2.50
Hdl Handle:
http://hdl.handle.net/10755/149083
Type:
Presentation
Title:
Health Care Choices
Abstract:
Health Care Choices
Conference Sponsor:Sigma Theta Tau International
Conference Year:2003
Author:Nichols, Elizabeth G., RN, DNS, FAAN
P.I. Institution Name:University of North Dakota
Title:Dean and Professor
Co-Authors:Jean Shreffler, RN, PhD; Clarann Weinert, SC, PhD, RN, FAAN; Bette A. Ide, RN, PhD
Objective: to explore the use, cost, and satisfaction of rural-dwelling older adults with quality and effectiveness of complementary therapies. Design: a cross-sectional descriptive survey was conducted using telephone interviews. Sample, setting: 325 individuals between 60 & 98 years of age, 160 from Montana and 165 from North Dakota. Methods: a nested, multi-state random sample was generated using two strata per state and five towns per strata. Names were randomly drawn from commercially purchased telephone listings. The University of North Dakota Social Science Research Institute conducted scripted telephone interviews. Variables: Data were collected on use of, cost of, and satisfaction with complementary therapy as well as selected demographic characteristics, self-assessment of health, religiosity, and use of traditional health care services. Findings: Only 17.5% of the participants reported using complementary providers, while 35.7% used self-directed practices (e.g. herbs). 202 participants reported having one or more chronic health conditions, although 78% claimed to be in good or better health. Participants most often learned about the therapies from relatives or friends. Logistic regression was used to examine factors associated with use of complementary therapy. Of the factors examined, education had the strongest association with complementary therapy use (providers and self-directed). The more years of education, the higher were the odds of use of complementary care. Conclusions: These rural dwellers tended to use self-directed practices more than treatment by a therapist. The use of either therapy or self-directed practices was lower than has been found in national samples. Implications: Older individuals have a greater prevalence of chronic illness, use more health care services than do younger individuals. As older people live longer with chronic illnesses that require ongoing management of both the disease processes and the attendant symptoms, and as health care systems increasingly promote in-home self-management, the choices individuals make about treatments are important.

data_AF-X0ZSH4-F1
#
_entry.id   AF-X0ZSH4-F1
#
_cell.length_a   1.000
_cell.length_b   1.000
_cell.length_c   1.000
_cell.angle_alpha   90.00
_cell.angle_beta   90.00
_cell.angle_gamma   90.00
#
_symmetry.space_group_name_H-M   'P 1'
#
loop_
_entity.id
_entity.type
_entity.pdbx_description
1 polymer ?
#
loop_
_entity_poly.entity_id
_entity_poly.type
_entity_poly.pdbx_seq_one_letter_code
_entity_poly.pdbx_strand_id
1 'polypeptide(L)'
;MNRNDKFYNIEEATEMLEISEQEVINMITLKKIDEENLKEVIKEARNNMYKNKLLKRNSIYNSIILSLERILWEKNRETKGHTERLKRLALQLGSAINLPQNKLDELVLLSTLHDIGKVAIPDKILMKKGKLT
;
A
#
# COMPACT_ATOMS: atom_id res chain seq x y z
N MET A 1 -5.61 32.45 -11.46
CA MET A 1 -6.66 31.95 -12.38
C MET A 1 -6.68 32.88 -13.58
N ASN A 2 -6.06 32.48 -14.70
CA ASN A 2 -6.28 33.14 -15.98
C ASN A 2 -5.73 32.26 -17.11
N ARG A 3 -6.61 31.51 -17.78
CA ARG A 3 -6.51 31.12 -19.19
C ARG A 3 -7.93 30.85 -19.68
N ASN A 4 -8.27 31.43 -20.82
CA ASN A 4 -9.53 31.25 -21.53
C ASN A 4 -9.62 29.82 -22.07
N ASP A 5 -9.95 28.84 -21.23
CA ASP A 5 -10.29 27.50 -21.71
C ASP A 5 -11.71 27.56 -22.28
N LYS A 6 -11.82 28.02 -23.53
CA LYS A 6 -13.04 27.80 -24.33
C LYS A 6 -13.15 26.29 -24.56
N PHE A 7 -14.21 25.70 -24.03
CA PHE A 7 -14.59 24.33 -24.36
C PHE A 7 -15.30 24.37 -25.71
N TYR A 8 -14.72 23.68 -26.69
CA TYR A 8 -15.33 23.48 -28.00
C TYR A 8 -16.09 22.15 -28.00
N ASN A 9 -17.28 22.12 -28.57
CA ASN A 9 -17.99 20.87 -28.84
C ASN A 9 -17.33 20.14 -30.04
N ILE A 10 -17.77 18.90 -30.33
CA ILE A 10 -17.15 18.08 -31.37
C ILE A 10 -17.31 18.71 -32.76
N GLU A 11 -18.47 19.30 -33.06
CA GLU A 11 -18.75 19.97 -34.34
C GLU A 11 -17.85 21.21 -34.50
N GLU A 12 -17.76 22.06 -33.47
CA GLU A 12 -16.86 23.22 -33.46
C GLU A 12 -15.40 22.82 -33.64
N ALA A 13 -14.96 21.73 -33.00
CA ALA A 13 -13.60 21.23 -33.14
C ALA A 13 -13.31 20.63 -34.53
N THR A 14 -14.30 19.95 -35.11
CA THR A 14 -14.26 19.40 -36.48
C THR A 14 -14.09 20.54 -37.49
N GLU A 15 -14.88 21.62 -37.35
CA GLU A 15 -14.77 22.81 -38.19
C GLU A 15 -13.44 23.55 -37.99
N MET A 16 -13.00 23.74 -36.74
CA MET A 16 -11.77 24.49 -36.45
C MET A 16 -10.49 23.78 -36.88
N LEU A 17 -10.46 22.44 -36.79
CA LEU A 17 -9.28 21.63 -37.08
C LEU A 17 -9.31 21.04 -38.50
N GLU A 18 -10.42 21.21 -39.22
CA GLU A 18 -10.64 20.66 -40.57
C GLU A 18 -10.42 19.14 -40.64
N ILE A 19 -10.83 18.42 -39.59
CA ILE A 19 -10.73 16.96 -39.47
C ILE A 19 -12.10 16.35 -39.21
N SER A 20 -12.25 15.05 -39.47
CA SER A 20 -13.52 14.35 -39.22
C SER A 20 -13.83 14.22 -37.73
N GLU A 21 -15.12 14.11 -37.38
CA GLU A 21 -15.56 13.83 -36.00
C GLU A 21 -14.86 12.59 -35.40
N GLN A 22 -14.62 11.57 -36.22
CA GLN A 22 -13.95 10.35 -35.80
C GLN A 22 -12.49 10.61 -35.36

Repository Posting Date:
26-Oct-2011
Date of Publication:
17-Oct-2011
Sponsors:
Sigma Theta Tau International

Full metadata record

DC FieldValue Language
dc.typePresentationen_GB
dc.titleHealth Care Choicesen_GB
dc.identifier.urihttp://hdl.handle.net/10755/149083-